©Copyright of Shutterstock. One of the greatest wildlife spectacles on Earth – The Great Wildebeest Migration

Lions

The majestic King of the Jungle is probably the most sought after animal people want to see when they go on safari. Luckily, lions are everywhere in the Serengeti and unlike the wildebeest, they stick to their territories. Whilst the migration may pass through areas at different times of the year, no matter where you stay there will be plenty of resident game in the lion territories to keep them fed whilst the wildebeest are away. If you are after a great value safari, it is worth seeking the ‘off season’ camps as they will still have great opportunities to see lions and great prices!

A beautiful lionness in the morning light. Picture taken by Africa specialist Sam whilst in the Serengeti.

Cheetahs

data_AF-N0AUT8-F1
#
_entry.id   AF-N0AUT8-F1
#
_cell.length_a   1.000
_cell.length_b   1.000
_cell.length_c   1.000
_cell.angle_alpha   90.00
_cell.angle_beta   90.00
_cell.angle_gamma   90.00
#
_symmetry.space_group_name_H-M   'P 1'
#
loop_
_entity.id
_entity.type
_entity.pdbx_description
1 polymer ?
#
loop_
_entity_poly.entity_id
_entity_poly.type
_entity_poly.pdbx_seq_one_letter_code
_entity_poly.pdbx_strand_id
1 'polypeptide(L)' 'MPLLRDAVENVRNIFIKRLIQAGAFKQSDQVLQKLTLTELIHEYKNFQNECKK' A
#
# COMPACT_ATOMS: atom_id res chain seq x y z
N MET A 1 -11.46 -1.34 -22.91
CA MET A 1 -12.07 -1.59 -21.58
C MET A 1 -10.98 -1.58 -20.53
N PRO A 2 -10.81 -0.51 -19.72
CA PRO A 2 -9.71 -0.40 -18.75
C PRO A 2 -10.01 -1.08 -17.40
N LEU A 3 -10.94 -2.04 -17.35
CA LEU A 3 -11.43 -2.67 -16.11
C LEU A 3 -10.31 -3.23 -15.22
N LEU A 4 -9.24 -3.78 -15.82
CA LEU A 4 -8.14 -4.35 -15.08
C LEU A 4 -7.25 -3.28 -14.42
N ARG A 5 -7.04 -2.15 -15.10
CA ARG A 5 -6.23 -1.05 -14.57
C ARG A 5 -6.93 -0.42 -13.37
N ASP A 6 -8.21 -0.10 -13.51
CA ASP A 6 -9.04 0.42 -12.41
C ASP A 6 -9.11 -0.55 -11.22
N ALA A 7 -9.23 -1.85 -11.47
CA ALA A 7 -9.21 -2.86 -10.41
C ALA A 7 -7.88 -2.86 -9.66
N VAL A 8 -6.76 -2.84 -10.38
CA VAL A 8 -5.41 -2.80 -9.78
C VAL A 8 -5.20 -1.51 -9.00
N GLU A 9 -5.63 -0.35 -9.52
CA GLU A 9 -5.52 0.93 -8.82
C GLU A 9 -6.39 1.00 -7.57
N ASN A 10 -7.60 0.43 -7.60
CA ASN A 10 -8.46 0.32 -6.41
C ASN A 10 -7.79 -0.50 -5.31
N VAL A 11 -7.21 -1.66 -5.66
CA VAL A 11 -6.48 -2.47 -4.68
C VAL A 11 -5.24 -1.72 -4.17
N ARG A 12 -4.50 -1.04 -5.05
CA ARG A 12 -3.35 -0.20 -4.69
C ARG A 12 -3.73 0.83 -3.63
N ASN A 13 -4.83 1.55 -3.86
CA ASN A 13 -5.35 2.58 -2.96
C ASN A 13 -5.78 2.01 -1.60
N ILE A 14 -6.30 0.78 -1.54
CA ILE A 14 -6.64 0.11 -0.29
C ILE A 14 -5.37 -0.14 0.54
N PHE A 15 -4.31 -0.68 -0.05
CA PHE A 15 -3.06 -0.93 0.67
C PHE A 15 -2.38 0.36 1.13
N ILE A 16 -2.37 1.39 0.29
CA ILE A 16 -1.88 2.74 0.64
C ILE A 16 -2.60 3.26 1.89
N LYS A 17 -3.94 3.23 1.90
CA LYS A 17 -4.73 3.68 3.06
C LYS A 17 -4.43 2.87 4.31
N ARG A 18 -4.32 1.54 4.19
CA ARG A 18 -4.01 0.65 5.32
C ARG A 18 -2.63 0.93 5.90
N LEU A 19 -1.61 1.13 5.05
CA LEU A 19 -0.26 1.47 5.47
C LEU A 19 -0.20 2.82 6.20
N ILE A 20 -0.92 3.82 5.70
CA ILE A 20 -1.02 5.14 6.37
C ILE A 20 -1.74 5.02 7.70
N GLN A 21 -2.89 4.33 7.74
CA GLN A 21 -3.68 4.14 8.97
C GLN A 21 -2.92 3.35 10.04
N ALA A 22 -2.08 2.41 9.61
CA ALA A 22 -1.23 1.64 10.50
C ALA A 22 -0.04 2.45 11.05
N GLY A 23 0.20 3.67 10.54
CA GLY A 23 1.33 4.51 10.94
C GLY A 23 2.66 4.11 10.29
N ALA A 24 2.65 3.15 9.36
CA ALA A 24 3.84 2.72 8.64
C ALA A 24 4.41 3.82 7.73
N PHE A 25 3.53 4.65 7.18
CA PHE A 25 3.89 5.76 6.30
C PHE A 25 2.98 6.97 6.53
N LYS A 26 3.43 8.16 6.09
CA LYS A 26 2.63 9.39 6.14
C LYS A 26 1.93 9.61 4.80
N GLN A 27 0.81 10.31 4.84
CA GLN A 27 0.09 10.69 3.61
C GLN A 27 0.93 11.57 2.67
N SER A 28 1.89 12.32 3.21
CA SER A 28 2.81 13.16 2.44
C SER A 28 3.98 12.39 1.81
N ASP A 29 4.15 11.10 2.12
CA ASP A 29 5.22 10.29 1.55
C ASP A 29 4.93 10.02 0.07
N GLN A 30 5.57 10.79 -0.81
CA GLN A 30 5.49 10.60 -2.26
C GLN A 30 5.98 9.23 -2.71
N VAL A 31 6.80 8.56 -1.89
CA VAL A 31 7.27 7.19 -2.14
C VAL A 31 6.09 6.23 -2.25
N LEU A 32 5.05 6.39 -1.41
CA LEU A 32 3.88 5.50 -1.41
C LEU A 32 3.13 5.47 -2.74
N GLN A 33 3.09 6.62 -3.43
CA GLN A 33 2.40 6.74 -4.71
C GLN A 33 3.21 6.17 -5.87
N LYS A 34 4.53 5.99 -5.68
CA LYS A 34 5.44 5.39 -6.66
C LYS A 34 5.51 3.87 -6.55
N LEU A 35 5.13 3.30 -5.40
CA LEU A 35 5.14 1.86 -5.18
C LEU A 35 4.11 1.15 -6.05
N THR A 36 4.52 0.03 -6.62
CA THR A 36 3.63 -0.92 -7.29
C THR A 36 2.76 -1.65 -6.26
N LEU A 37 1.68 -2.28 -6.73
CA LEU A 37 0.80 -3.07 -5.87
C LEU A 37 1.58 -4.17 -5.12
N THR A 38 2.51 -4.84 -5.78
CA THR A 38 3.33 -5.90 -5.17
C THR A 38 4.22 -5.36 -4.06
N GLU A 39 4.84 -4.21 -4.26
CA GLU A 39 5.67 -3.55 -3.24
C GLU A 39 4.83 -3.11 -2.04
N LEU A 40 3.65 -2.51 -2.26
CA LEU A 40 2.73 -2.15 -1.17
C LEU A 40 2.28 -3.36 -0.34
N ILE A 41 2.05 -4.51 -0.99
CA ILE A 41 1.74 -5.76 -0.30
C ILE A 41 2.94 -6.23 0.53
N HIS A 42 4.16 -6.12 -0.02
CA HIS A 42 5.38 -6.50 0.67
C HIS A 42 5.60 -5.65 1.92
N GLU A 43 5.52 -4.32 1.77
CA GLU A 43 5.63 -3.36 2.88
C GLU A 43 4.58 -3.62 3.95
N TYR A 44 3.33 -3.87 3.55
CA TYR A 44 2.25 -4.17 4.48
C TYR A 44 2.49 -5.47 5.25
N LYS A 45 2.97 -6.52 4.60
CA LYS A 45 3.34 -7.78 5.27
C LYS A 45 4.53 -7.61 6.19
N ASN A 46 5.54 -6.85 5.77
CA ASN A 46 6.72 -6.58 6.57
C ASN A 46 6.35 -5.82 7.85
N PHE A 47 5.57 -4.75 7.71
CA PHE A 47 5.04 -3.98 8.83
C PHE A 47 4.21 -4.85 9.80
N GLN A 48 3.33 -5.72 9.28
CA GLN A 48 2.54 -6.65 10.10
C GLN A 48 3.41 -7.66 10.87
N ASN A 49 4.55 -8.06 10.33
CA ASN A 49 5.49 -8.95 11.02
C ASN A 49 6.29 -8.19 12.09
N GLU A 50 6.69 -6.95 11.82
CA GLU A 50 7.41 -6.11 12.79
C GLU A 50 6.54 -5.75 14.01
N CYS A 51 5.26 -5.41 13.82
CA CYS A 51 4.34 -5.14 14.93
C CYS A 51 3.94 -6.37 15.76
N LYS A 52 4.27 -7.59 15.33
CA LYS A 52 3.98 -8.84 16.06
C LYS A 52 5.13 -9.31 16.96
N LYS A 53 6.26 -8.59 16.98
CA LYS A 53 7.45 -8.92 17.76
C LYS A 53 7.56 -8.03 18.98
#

Small, lithe and the only cat that can’t roar, you are often left feeling sorry for the cheetah. Often bullied by hyenas and the other cats, being a cheetah mother is probably one of the toughest jobs in the Serengeti. Even with the honey-badger disguise, cheetah cubs unfortunately have a very high mortality rate. But for all their bad luck, there is one place in the Serengeti that we hold close to our hearts. Recently reopened and what used to be a cheetah research area, Namiri Plains in the Eastern section of the Serengeti is a place like no other. As well as being home to numerous caracals, servals and other big cats, the cheetah population has thrived here for years and sightings are daily and wonderful. For the best cheetah sightings and photographic opportunities we couldn’t recommend Asilia’s Namiri Plains Camp high enough. If you don’t believe it yet, check out our Instagram to see our first-hand sightings from our trips there!